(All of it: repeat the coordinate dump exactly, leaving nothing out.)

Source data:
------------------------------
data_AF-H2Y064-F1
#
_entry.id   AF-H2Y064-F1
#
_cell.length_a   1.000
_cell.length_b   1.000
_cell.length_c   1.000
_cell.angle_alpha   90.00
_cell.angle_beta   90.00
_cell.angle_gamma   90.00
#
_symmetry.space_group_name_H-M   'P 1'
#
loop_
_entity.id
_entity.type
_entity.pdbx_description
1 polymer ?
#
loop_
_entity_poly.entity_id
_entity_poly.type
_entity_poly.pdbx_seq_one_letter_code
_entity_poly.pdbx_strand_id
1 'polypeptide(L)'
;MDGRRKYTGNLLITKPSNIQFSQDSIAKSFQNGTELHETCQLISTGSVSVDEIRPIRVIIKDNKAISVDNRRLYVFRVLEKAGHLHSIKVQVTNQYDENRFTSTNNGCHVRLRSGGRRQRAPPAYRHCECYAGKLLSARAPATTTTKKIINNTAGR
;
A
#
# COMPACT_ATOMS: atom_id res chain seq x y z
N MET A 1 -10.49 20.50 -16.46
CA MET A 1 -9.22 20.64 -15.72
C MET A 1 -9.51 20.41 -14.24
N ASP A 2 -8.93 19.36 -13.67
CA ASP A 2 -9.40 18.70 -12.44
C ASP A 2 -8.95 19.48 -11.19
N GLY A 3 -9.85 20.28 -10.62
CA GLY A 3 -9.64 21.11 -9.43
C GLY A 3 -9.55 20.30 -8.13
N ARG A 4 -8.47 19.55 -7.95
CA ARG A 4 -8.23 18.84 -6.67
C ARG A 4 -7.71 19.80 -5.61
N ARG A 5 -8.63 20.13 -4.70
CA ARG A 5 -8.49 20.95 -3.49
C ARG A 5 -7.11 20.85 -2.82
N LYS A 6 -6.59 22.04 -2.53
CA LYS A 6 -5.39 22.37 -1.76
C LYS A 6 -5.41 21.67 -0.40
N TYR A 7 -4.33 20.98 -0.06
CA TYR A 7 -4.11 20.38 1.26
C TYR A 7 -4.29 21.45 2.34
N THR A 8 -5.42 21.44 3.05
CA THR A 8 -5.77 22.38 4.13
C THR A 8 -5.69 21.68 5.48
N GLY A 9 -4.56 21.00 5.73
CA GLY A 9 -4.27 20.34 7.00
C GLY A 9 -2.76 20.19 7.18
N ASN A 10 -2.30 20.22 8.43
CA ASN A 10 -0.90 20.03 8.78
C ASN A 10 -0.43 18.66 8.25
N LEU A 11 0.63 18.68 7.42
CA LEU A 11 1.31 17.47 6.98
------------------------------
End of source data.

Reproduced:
data_AF-H2Y064-F1
#
_entry.id   AF-H2Y064-F1
#
_cell.length_a   1.000
_cell.length_b   1.000
_cell.length_c   1.000
_cell.angle_alpha   90.00
_cell.angle_beta   90.00
_cell.angle_gamma   90.00
#
_symmetry.space_group_name_H-M   'P 1'
#
loop_
_entity.id
_entity.type
_entity.pdbx_description
1 polymer ?
#
loop_
_entity_poly.entity_id
_entity_poly.type
_entity_poly.pdbx_seq_one_letter_code
_entity_poly.pdbx_strand_id
1 'polypeptide(L)'
;MDGRRKYTGNLLITKPSNIQFSQDSIAKSFQNGTELHETCQLISTGSVSVDEIRPIRVIIKDNKAISVDNRRLYVFRVLEKAGHLHSIKVQVTNQYDENRFTSTNNGCHVRLRSGGRRQRAPPAYRHCECYAGKLLSARAPATTTTKKIINNTAGR
;
A
#
# COMPACT_ATOMS: atom_id res chain seq x y z
N MET A 1 -10.49 20.50 -16.46
CA MET A 1 -9.22 20.64 -15.72
C MET A 1 -9.51 20.41 -14.24
N ASP A 2 -8.93 19.36 -13.67
CA ASP A 2 -9.40 18.70 -12.44
C ASP A 2 -8.95 19.48 -11.19
N GLY A 3 -9.85 20.28 -10.62
CA GLY A 3 -9.64 21.11 -9.43
C GLY A 3 -9.55 20.30 -8.13
N ARG A 4 -8.47 19.55 -7.95
CA ARG A 4 -8.23 18.84 -6.67
C ARG A 4 -7.71 19.80 -5.61
N ARG A 5 -8.63 20.13 -4.70
CA ARG A 5 -8.49 20.95 -3.49
C ARG A 5 -7.11 20.85 -2.82
N LYS A 6 -6.59 22.04 -2.53
CA LYS A 6 -5.39 22.37 -1.76
C LYS A 6 -5.41 21.67 -0.40
N TYR A 7 -4.33 20.98 -0.06
CA TYR A 7 -4.11 20.38 1.26
C TYR A 7 -4.29 21.45 2.34
N THR A 8 -5.42 21.44 3.05
CA THR A 8 -5.77 22.38 4.13
C THR A 8 -5.69 21.68 5.48
N GLY A 9 -4.56 21.00 5.73
CA GLY A 9 -4.27 20.34 7.00
C GLY A 9 -2.76 20.19 7.18
N ASN A 10 -2.30 20.22 8.43
CA ASN A 10 -0.90 20.03 8.78
C ASN A 10 -0.43 18.66 8.25
N LEU A 11 0.63 18.68 7.42
CA LEU A 11 1.31 17.47 6.98